I do some design work on the side for some of my blogging friends. One topic that I think often times gets overlooked is the use of fonts on your blog and how using fonts correctly in blogging is important. Whether the fonts show up in graphics on your blog or they show up in your post content, you always want to make sure the fonts you are using are the correct ones.
And no, I don’t mean that there are incorrect fonts out there. What I mean is that you want to make sure that you are using the correct “kind/type” of font on your blog. There are a few different classifications of fonts out there:
2. Free for Personal Use
3. Donationware (or Donation)
4. Paid for Fonts
The first type: Free
This font can be used on any site. The author of the font is allowing you to use it where ever and however you want. There are no limitations to this type of font. Want to make a graphic and sell it? This kind of font is okay to use. It’s also considered a Commercial Use font.
The second type: Free for Personal use
This font can ONLY be used for Personal Use. If you make money on your blog (ie have sponsors on your sidebar, accept product for reviews, receive any sort of compensation etc), you cannot use a font that is classified as free for Personal Use anywhere on your blog. This type of font can only be used on hobby blogs. Sites or products that do not make money. No ifs, ands, or buts.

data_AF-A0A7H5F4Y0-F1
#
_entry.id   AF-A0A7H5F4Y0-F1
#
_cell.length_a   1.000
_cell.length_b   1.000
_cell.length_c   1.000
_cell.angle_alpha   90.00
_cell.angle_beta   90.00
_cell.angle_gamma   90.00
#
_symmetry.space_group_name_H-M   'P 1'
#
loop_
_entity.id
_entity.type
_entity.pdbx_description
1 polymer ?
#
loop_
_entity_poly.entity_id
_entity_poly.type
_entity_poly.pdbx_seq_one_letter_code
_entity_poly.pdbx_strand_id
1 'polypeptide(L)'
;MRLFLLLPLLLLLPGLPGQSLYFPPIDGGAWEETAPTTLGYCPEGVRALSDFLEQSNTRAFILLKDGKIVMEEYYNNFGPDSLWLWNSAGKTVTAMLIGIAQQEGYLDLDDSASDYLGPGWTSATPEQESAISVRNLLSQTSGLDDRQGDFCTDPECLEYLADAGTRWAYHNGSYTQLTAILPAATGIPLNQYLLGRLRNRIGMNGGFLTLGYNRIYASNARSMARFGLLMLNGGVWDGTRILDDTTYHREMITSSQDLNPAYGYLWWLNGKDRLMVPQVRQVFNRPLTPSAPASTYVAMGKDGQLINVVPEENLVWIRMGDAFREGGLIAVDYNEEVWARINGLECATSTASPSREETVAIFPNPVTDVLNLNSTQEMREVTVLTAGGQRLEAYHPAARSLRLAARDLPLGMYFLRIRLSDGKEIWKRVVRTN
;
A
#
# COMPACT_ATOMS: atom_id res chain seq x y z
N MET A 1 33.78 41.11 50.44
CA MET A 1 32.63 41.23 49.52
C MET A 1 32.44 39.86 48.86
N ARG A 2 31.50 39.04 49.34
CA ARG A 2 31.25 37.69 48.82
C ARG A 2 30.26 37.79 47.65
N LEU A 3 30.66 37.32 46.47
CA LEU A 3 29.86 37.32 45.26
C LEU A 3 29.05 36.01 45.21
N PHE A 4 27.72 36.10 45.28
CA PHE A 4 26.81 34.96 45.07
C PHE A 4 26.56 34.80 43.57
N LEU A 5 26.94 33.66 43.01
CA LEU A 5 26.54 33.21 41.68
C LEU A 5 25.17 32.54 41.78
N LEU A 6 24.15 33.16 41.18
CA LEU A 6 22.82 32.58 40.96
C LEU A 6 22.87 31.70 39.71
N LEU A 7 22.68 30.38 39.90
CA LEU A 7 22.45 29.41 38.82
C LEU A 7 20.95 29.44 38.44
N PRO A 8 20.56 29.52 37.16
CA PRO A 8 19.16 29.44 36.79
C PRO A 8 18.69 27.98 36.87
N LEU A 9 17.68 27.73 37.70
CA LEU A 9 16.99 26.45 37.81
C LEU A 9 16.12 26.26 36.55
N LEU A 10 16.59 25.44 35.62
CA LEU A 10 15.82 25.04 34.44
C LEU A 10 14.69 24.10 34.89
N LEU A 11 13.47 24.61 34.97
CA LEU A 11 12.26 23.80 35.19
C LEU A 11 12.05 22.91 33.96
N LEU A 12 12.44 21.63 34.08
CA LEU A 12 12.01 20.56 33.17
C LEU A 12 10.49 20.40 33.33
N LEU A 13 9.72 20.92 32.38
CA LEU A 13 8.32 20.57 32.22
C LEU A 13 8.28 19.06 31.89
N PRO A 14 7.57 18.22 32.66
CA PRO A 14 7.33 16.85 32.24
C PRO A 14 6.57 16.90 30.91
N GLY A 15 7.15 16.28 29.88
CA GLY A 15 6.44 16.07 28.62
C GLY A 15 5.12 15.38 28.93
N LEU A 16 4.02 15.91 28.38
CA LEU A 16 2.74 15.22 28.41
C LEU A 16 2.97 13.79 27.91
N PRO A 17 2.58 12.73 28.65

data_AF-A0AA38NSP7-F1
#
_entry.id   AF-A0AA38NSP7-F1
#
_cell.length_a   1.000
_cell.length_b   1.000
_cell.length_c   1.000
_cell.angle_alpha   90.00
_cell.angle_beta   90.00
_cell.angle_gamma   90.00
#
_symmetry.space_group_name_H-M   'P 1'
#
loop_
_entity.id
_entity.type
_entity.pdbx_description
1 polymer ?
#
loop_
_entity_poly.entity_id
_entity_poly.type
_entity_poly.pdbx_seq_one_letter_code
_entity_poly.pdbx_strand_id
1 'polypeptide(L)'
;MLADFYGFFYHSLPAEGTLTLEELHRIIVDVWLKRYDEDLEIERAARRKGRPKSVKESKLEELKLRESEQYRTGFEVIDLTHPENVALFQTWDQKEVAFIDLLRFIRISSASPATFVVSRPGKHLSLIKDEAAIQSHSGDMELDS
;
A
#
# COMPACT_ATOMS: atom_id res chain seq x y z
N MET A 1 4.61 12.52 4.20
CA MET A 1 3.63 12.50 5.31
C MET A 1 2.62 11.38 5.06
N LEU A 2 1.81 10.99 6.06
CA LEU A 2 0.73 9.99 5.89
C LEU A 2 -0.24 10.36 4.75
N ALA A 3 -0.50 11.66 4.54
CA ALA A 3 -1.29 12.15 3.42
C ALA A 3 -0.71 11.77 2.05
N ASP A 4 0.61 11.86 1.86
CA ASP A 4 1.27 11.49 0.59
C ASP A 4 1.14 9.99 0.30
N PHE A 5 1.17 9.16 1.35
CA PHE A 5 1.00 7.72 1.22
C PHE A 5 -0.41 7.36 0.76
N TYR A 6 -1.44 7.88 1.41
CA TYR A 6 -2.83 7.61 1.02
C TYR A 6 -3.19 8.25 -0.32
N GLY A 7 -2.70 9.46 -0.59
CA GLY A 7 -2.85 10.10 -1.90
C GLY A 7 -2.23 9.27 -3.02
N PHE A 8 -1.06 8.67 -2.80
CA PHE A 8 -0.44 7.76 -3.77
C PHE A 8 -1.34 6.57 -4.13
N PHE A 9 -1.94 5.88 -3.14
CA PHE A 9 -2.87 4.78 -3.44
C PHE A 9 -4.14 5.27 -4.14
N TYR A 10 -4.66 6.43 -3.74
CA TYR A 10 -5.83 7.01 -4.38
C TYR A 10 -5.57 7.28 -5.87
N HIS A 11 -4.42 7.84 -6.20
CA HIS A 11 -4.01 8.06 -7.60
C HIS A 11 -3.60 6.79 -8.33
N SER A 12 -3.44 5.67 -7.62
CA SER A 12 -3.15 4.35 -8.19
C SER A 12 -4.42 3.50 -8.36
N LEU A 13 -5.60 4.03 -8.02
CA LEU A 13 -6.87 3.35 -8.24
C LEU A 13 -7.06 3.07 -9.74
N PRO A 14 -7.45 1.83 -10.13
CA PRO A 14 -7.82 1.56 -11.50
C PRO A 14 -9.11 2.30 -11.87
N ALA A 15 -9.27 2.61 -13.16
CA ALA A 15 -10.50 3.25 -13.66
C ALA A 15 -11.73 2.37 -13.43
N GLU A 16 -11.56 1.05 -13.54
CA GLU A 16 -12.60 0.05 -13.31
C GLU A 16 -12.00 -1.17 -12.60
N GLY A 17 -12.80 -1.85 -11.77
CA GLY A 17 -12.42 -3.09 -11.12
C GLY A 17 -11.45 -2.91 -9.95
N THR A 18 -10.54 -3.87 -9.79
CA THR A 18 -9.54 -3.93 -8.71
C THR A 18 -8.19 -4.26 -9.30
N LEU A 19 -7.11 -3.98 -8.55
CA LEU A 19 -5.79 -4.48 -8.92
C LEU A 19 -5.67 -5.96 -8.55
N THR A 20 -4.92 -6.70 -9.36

The third type: Donationware
These fonts require a donation to use them. Similar to a “purchase” font. Read the licensure to make sure that your donation allows you to use the font commercially (ie allow you to use on your blog in which you make money).
The fourth type: Paid for Fonts
A paid for font is one that you buy from a commercial font selling website like Font.com. They can start off as little as $20 and go on up into the hundreds of dollars. These types of fonts are for commercial use (unless for some reason their license has limitations. Always read the terms before buying!!)
Sometimes you will see that a commercial license can be bought for a Free for Personal Use font, which would give you the opportunity (after you purchase the license) to use the font on your blog.
Ultimately, you want to make sure that all the fonts that you are using (meaning that you’ve downloaded from a font website) are either classified as Free or that you’ve purchased a license to use them.
Have you ever looked into the fonts that you use?
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